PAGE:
This worthwhile walk begins at an altitude of 1550m in the ski village of Sainte Foy Tarentaise (above), which has a generous visitor parking area which is signed as you enter the village. Clearly visible in the distance is the neighbouring ski village of La Rosière. The departure point for the start of the walk is indicated not far above the parking area by a rustic painted sign.
The initial gradient is quite steep but soon settles into a more or less steady climb through pine and larch forest, with occasional glimpses of the mountains – the ski areas of Villaroger and Les Arcs lie just across the valley. So far there’s plenty of shade to keep things pleasantly cool on a sunny day, and you’ll have the sound of birdsong for company.
Keep going eventually after a few steeper zigzags the path leaves the forest beside a much smaller unsurfaced parking area. This can be reached by car by following the road through St Foy and turning right above the main ski village onto a winding mountain track, although there’s no guarantee of finding a vacant parking space at the top – and of course by doing it this way you’ll miss the magical, near-silent world of the lower forest section.
From here things open up and the path broadens into a track cut into the mountainside. For now the dense forest still hides the views, but bursts of wildflowers hint at what might lie ahead.
Sure enough, before long the gradient eases, levels off and then begins a gentle descent. Visible in the distance are the rooftops of a tiny hamlet set among mountain pastures, although what really focuses the attention are the long-anticipated views which have suddenly opened up across the Haute Tarentaise valley.
Ahead, tucked away out of sight in a valley below a hydro-electric barrage is the village of Les Brevières and beyond it the world-famous ski area of the Espace Killy, shared between Tignes and Val d’Isère. For walkers it’s a rich reward for the climb from Saint Foy, and at the approach to the hamlet is another, in the form of an opportunity to fill a water bottle from a refreshingly cool mountain spring signed as ‘eau potable‘.
The hamlet looks and feels in every respect like an idyllic spot far removed from worldly concerns, but in winter the sense of remoteness is heightened, to the point where getting here after heavy snowfalls means making a rather longer trudge up from the ski village in snowshoes. We know exactly how much more physically demanding that can be, because we’ve done it ourselves – but there again the sense of achievement is correspondingly greater.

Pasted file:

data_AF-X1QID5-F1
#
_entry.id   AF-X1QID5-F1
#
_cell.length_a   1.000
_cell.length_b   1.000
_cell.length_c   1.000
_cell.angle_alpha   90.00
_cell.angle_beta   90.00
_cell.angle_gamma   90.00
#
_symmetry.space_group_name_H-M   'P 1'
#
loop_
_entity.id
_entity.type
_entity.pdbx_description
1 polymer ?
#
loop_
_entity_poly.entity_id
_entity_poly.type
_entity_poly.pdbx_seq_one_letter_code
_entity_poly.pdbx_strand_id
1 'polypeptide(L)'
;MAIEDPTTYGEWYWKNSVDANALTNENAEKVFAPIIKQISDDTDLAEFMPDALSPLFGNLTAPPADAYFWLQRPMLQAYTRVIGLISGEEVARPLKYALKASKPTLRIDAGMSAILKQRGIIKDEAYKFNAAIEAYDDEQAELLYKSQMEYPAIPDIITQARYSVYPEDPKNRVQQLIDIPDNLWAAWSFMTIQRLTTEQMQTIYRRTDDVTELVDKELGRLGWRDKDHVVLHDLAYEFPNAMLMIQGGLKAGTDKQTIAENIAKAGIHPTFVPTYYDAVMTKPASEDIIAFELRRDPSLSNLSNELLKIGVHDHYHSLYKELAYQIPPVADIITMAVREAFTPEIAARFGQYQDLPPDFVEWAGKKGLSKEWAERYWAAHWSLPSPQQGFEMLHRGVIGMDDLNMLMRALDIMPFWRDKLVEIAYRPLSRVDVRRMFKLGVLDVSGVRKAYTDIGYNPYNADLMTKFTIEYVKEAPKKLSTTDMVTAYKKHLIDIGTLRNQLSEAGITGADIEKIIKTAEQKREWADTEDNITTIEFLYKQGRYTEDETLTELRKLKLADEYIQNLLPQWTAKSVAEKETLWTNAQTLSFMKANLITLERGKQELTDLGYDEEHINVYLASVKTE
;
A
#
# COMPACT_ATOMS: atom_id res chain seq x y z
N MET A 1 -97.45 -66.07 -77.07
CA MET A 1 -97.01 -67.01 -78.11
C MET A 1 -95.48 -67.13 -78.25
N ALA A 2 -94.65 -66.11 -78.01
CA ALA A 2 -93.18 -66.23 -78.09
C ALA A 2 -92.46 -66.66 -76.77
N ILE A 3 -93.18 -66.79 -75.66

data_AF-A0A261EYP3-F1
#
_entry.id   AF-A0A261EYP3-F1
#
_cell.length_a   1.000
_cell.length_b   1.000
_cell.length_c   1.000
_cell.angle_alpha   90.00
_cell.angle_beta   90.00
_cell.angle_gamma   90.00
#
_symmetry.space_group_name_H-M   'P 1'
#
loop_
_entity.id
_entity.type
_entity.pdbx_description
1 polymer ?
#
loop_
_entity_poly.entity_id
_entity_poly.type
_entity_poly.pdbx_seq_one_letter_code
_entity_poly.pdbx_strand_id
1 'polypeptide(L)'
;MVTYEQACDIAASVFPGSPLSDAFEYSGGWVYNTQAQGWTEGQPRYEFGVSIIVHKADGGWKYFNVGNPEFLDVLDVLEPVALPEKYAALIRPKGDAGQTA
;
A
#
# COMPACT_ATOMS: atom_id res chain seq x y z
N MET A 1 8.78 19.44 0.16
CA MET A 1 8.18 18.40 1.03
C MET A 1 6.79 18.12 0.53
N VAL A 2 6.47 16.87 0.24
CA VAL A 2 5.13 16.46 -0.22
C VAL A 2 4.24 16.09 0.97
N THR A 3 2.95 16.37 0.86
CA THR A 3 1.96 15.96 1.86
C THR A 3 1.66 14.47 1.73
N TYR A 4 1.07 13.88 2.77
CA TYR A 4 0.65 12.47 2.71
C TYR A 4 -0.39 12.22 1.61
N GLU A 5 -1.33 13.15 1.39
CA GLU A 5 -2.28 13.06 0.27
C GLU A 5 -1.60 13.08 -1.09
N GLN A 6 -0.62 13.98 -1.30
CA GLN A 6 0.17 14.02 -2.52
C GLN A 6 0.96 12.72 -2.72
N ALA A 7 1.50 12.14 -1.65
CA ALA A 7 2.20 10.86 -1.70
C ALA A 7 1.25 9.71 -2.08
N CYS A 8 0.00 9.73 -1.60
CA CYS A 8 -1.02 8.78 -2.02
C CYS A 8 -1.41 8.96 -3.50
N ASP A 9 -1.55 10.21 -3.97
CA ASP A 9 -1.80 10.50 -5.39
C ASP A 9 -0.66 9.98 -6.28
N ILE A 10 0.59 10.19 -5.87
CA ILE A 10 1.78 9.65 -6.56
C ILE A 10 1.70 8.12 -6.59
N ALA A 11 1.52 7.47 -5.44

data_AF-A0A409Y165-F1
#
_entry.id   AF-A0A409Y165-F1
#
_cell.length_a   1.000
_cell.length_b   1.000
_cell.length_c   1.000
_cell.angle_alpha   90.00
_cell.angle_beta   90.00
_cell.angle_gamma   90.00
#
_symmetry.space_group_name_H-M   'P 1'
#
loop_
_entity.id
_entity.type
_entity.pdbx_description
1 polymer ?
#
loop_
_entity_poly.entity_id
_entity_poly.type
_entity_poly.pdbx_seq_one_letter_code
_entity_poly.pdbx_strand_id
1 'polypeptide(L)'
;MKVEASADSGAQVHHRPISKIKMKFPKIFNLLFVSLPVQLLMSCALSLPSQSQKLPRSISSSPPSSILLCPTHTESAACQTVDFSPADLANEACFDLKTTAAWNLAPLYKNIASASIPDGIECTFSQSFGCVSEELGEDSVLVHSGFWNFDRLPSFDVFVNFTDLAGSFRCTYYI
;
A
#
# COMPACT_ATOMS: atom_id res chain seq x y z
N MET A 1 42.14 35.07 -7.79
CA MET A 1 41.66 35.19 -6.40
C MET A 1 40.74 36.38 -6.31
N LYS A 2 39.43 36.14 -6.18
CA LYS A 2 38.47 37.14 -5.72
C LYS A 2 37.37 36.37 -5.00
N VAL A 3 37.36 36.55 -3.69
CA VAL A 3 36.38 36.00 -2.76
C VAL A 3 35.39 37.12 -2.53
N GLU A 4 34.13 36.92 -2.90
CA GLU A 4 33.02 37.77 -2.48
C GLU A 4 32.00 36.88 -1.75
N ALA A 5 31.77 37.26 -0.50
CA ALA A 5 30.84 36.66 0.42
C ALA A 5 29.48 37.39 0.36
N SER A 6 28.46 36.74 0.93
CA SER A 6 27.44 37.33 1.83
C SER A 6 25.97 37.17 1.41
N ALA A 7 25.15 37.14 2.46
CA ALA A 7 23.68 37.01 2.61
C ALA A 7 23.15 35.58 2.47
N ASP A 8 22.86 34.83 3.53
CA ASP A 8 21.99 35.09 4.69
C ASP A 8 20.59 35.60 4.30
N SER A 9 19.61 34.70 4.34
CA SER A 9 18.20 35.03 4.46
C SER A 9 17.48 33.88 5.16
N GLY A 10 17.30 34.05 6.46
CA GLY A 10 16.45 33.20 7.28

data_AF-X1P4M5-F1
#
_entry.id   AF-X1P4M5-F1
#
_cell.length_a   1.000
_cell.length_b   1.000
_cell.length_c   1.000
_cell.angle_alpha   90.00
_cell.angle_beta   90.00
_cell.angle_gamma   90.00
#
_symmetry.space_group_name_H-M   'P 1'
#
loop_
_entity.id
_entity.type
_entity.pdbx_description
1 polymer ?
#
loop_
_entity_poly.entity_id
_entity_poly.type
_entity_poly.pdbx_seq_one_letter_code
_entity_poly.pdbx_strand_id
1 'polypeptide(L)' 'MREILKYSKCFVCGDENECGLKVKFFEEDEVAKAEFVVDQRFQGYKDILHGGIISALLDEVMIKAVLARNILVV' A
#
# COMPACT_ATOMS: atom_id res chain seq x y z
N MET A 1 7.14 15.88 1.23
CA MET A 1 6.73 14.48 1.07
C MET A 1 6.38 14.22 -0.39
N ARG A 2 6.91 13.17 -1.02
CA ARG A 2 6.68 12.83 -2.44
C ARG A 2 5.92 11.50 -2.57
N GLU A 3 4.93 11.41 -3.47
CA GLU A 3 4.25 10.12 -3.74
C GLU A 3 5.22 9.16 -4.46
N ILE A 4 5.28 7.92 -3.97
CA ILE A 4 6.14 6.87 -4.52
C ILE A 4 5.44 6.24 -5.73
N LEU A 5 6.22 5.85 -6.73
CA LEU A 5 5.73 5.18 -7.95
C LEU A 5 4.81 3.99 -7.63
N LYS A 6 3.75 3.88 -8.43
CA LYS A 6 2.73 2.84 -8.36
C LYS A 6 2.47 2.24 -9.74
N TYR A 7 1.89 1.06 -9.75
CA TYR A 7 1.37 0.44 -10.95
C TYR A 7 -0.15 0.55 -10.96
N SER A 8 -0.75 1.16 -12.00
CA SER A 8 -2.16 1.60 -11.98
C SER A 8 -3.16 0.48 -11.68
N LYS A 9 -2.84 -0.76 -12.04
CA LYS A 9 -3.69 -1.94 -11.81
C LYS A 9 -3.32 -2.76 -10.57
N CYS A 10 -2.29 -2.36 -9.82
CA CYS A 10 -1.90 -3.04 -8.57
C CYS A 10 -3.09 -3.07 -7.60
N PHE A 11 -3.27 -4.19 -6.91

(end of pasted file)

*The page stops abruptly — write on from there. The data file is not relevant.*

Beyond the hamlet the track continues its gentle descent and briefly enters a wooded area. After curving to cross a fast-moving stream strewn with boulders. In fact, this is more than no mere stream but turns out to be the Ruisseau du Clou river, which now flows alongside the path for a while, before making a steep descent into the valley far below.
Once across the river the track enters a sheltered valley setting, with more coniferous plantations beyond pastures which are ablaze with wildflowers during our mid-July visit.
A few minutes later, after a couple of lazy, sweeping arcs, the track passes between rows of upturned stones and passes a tiny limewashed chapel set beside a huge boulder. Visible behind it are two huddles of stone chalets roofed, as is the local tradition, with flat riverbed stones known as ‘lauze’. Welcome to Le Monal.
Even in summer there’s a refreshing sense of remoteness here, a quality which means that things shut down completely soon after the first snowfalls of winter begin to make things impractical for habitation. For now, though, it’s a magical and privileged location.
That thought is not lost on the fortunate chalet owners, who manage to pack a lot into the brief summer period, including some cheerful cottage-style gardens and productive vegetable beds. While you’re here you can picnic or enjoy a drink or meal in a choice of two cafes, while resting your feet for the return trek and taking in the dazzling scenery.
As you’ll discover if you decide to follow this path, the route itself is every bit as enjoyable as the destination, and serves up a succession of varied landscapes destined to change forever the perceptions of anyone who has yet to fall in love with the mountains in summer.
A final bonus is the sight of Sainte-Foy Tarentaise as most skiers will never have seen it, resplendent in summer mode. It’s the kind of revelation which draws us back to places we’ve come to love as skiers, and which have inspired a desire to discover the mellower side of their dual personalities. We’ve yet to be disappointed.